Visiting Freshwater West and Gupton Farm
Freshwater West’s consistent swell and its strong waves make it one of Wales’s top spots for experienced surfers to visit. With strong rip currents in the area, it’s just the place for advanced water sports enthusiasts. Take a walk inland and seek out the new wooden bird hide to spot a variety of coastal birds.
Autumn Winter Beach cleans
Sunday 29 October 10 – 12pm
Saturday 2 December 10 – 12pm
Saturday 6 January 10 – 12pm
Saturday 17 February 10 – 12pm
Meet at the Freshwater West car park from 9.30 onwards
Visit a wild and windswept beach
Freshwater West is a stunning wide and sandy beach with extensive dunes, and is a popular destination for experienced surfers. There’s plenty of sand to build impressive sandcastles, try kite flying or walk along this wild stretch of coast. The beach has many rock pools for mini explorers to spot marine creatures.
The south-westerly facing beach is popular with surfers and is regarded as one of Wales's best surfing spots. Freshwater West is only recommended for the more experienced surfer due to the strong rip currents and force of the waves.
Freshwater West is the annual venue for the Welsh National Surfing Championships due to the consistently strong waves in the bay.
RNLI Lead Lifeguard Supervisor for South Wales, Chris Rigby, talks about the potential dangers of the water at Freshwater West: ‘Entering the water at Freshwater West can be very dangerous. It is home to large breaking waves, rip currents, submerged rocks and sandbanks.’
Please visit the RNLI website for further information.
A place to stay at Gupton Farm
Gupton Farm offers a campsite and self-catering surf lodge accommodation for those wanting to stay at Freshwater West a little longer. It’s a great opportunity to see this special place in a whole new light in a natural setting.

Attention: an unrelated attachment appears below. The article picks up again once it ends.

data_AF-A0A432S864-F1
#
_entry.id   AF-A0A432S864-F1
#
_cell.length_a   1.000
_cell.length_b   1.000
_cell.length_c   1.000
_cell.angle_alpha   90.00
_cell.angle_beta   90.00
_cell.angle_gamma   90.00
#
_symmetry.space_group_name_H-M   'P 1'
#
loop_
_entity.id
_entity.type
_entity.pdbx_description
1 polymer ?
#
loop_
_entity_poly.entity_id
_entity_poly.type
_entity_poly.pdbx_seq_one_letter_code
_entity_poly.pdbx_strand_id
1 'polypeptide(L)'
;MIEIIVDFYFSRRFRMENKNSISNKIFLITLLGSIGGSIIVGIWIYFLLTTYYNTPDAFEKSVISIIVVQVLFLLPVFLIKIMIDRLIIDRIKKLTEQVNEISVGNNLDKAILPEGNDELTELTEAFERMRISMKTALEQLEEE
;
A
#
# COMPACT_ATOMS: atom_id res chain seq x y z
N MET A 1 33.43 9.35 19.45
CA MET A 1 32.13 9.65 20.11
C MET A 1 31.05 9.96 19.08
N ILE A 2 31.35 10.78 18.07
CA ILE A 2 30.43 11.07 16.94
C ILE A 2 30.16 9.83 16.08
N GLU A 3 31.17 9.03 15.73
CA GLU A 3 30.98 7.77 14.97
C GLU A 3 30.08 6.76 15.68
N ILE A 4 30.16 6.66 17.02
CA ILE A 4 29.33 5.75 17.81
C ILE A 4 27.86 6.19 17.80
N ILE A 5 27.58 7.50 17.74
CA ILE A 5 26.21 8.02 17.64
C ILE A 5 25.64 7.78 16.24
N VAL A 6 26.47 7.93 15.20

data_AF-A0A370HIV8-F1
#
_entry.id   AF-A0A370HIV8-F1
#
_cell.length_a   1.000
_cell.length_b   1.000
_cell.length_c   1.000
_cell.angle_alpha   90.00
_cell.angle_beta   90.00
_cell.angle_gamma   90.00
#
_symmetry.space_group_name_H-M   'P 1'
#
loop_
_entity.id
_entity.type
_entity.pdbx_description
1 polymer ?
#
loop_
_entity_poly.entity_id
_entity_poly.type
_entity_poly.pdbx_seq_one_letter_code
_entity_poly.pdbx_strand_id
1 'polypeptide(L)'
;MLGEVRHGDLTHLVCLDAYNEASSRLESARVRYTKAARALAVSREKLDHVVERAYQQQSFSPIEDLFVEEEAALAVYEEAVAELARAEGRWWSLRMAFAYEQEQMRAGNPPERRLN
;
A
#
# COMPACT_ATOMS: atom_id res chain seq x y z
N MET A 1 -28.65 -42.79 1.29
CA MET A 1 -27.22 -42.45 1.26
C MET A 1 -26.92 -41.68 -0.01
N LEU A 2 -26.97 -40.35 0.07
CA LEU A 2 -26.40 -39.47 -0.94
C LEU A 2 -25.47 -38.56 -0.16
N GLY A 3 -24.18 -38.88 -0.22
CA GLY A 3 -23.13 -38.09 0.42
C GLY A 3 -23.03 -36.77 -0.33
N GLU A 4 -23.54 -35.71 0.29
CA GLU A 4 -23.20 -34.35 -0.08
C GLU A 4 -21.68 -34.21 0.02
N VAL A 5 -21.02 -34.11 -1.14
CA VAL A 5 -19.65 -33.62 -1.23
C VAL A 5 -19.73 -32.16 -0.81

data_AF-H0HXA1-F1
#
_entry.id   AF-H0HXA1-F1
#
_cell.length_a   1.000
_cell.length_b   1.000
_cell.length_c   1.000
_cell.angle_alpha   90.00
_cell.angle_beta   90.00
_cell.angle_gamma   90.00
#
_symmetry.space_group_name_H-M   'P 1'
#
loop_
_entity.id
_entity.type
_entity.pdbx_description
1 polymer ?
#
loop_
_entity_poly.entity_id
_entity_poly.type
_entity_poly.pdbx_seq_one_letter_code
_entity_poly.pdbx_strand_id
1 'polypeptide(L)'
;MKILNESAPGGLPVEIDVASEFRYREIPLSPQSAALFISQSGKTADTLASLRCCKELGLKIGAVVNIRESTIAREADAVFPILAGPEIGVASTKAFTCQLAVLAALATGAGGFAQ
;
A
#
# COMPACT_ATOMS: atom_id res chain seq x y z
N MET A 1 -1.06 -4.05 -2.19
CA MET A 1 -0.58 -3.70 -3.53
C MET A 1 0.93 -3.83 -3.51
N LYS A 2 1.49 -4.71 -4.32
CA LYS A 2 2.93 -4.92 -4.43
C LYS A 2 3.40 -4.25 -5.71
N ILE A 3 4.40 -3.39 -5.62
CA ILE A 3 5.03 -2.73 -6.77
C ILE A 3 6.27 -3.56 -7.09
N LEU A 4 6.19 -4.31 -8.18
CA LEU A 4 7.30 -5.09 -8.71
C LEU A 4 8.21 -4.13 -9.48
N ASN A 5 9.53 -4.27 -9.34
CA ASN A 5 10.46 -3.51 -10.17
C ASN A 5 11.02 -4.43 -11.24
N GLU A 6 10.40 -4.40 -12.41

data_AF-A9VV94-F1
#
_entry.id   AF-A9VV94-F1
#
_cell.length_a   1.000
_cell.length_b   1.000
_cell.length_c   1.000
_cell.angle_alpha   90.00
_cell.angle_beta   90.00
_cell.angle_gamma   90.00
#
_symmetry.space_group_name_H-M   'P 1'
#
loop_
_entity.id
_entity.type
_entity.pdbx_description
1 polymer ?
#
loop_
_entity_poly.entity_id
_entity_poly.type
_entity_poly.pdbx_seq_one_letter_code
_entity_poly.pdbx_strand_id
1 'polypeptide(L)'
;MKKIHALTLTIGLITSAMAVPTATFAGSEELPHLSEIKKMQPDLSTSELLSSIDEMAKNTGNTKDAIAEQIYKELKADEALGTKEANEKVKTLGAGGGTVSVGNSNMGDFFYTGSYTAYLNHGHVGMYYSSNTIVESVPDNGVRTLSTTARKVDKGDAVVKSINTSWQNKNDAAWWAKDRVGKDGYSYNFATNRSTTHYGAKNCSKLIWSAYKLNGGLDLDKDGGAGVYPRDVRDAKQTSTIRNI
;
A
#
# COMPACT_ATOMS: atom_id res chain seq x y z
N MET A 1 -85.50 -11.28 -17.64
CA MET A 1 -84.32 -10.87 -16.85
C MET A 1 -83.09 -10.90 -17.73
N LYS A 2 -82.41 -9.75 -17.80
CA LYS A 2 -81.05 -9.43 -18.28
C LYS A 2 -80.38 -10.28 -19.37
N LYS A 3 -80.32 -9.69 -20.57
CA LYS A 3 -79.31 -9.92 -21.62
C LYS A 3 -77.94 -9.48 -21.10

Gateway to the beach
Gupton Farm is a great base for staying visitors who want to explore Freshwater West beach and the surrounding coastal countryside.
This traditional Pembrokeshire farm has been reinvented and is now your gateway to the surrounding area and beach. The farm is fully set up for camping and also provides self- catering accommodation for groups of up to ten people in the surf lodge.
The beach is a wild, sandy stretch adored by adventurous souls and nature lovers. Make the most of your visit on this beautiful part of the coast or head inland for wildlife watching opportunities.
For staying visitors, we’ve created an interpretation hub that shares an insight into Gupton Farm and Freshwater West’s history. There’s also an outdoor activity base which is now run by Outer Reef Surf School. A variety of watersports can be booked to enjoy along this natural coastline.
Book a watersports session here https://www.outerreefsurfschool.com/
Farming for nature
Gupton Farm has a sustainable approach to farming with a conservation focus.
This approach has included restoring and extending the historic habitats and working with nature to adapt to coastal change.
Wildlife watching at Freshwater West
Freshwater West is backed by a natural dune system and expansive wetland known as the Castlemartin Corse. This area has a variety of habitats that attracts many ground nesting birds.
To help you get closer to nature, we’ve opened up a network of new permissive paths that lead to a wooden bird hide. Don’t forget to bring your binoculars.
5 birds you might see during your visit
- Marsh harrier: Look for them flying over the reed bed. One was actually present when our bird hide was being built.
- Cetti’s warbler: A resident along the scrubby edges in summer and winter, they’re skulking birds and seldom seen. Listen out for their loud bursts of song, a piercing chink-chinka-chinkachink.
- Water rail: These birds are easy to hear but harder to see in the reed beds. Keep listening out for their distinct call, it sounds like squealing piglets.
- Grey heron: With long legs and a long beak, you’ll find grey heron around the wetland. They feed on small mammals, amphibians and fish. They and sometimes circle high up into the sky with a wide wingspan.
- Linnet: A small flock can often be seen here, typically feeding on seeds around Gupton Farm. They have a very melodious song and twittering flight call.
The bird hide was funded by our Neptune coastline campaign, a people-powered initiative established over 50 years ago to help preserve our special places by the sea. Your kind contributions have enabled us to create a brilliant base for wildlife watching. Thank you.
The Solva coastline contains hidden history just waiting to be discovered. Discover Iron Age forts, lime kilns and old mills during your visit.
Cleddau Woodlands are home to a whole host of flora and fauna, with varied landscapes of salt marsh and mudflats on the estuary, and oak woodlands to explore, there’s lots to see.